HARARE (Reuters) - Zimbabwe's main opposition leader Morgan Tsvangirai on Friday said his party could roll out protests against President Robert Mugabe's government over its inability to improve a flagging economy.
Tsvangirai has led the Movement for Democratic Change (MDC) since 1999 and in April he sacked his secretary general who was calling for him to step down after losing a third election to Mugabe in 2013, which some Western observers said was rigged.
Tsvangirai, a former trade union leader, said the country had an unsustainably high unemployment rate, estimated above 80 percent, which forced many people into informal employment.
After posting strong growth during four years of Mugabe and Tsvangirai's unity government between 2009-2013, the economy is suffering a dollar crunch due to lack of foreign investment, forcing many firms to shut down or keep workers without pay.
"We are going to mobilise. The form and content is left to the MDC to plan and execute," Tsvangirai told journalists.
A senior MDC official told Reuters mass protests were "very much an option".
Previous anti-Mugabe protests, the last one in 2007, have been met by a heavy police and military resistance, but Tsvangirai said the veteran leader would be making a mistake by setting security forces against the public.
"Let him be warned that if we cannot live as free men and women in our country of birth, we will rather die as free people," said Tsvangirai.
But ZANU-PF spokesman Rugare Gumbo said Zimbabwe's security forces would deal with any protests.
"We have our security forces which are fully equipped to deal with that, so we are not worried about anything," Gumbo told Reuters.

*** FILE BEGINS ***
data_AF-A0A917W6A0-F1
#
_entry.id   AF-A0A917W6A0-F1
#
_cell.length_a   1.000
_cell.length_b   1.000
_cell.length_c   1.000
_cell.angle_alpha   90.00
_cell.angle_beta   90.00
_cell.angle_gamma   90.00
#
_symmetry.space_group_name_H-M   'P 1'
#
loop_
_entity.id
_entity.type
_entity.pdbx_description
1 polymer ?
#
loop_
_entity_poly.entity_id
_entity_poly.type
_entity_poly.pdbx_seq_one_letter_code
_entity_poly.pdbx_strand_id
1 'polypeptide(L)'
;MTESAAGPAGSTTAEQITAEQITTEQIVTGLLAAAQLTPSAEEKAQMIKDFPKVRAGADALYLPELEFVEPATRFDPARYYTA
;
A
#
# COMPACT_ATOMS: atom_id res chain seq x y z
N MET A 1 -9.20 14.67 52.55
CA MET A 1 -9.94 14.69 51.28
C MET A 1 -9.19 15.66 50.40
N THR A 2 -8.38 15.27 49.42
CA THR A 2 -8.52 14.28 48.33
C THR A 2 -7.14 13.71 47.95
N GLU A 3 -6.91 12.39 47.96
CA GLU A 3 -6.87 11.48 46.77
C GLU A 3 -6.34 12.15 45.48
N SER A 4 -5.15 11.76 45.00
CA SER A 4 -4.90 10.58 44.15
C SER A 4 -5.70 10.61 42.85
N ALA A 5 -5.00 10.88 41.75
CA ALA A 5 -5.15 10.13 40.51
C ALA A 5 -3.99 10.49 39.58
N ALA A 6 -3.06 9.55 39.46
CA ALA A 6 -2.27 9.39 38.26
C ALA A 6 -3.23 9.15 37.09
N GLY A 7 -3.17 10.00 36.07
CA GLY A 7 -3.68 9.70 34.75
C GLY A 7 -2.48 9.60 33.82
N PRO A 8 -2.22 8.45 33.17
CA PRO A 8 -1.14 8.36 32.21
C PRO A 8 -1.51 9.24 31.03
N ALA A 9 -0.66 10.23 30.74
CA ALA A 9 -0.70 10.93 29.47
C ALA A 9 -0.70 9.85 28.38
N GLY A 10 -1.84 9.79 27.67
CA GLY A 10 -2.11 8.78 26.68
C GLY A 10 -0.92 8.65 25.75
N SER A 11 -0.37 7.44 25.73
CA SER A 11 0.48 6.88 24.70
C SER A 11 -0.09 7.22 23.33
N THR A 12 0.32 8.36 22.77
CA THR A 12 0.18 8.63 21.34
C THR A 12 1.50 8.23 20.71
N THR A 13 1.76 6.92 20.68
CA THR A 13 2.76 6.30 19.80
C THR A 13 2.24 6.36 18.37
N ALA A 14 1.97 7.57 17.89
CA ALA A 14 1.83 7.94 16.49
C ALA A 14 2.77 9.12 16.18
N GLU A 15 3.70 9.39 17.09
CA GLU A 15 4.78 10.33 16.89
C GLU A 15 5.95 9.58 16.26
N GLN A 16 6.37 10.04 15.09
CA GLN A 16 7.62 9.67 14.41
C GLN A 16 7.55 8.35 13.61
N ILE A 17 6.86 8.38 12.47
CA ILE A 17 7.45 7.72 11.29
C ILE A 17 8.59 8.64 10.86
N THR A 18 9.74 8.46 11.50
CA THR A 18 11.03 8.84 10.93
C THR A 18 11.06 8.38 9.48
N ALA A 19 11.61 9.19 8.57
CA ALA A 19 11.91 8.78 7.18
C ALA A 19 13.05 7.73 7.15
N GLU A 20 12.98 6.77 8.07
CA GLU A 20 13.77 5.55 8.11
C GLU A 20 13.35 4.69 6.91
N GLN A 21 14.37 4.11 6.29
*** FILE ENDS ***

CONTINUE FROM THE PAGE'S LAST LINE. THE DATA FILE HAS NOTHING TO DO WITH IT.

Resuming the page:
Tsvangirai warned leaders of the regional Southern African Development Community (SADC), in a letter seen by Reuters on Friday, that they should "take seriously our position on the developments in this country, which developments are slowly gravitating towards an inevitable implosion."
"We in the MDC are drawing a line in the sand and we hereby inform our colleagues in SADC, well in advance, that the people of Zimbabwe shall be writing their own script for an endgame to the struggle for freedom and democracy," he said.
Mugabe, who has led Zimbabwe since independence from Britain in 1980, began a year-long run as SADC chairman last week.
Tsvangirai, who ran in the last election under a cloud of sex scandals, said his party would not participate in future elections until there were changes to the rules as well as a credible voter register. The next elections are in 2018.
Fear has largely undermined previous efforts by the opposition to confront Mugabe's ZANU-PF party and it is unclear if the MDC can convince the public to mobilise, political analysts say.
(Additional reporting by Cris Chinaka; Editing by Joe Brock)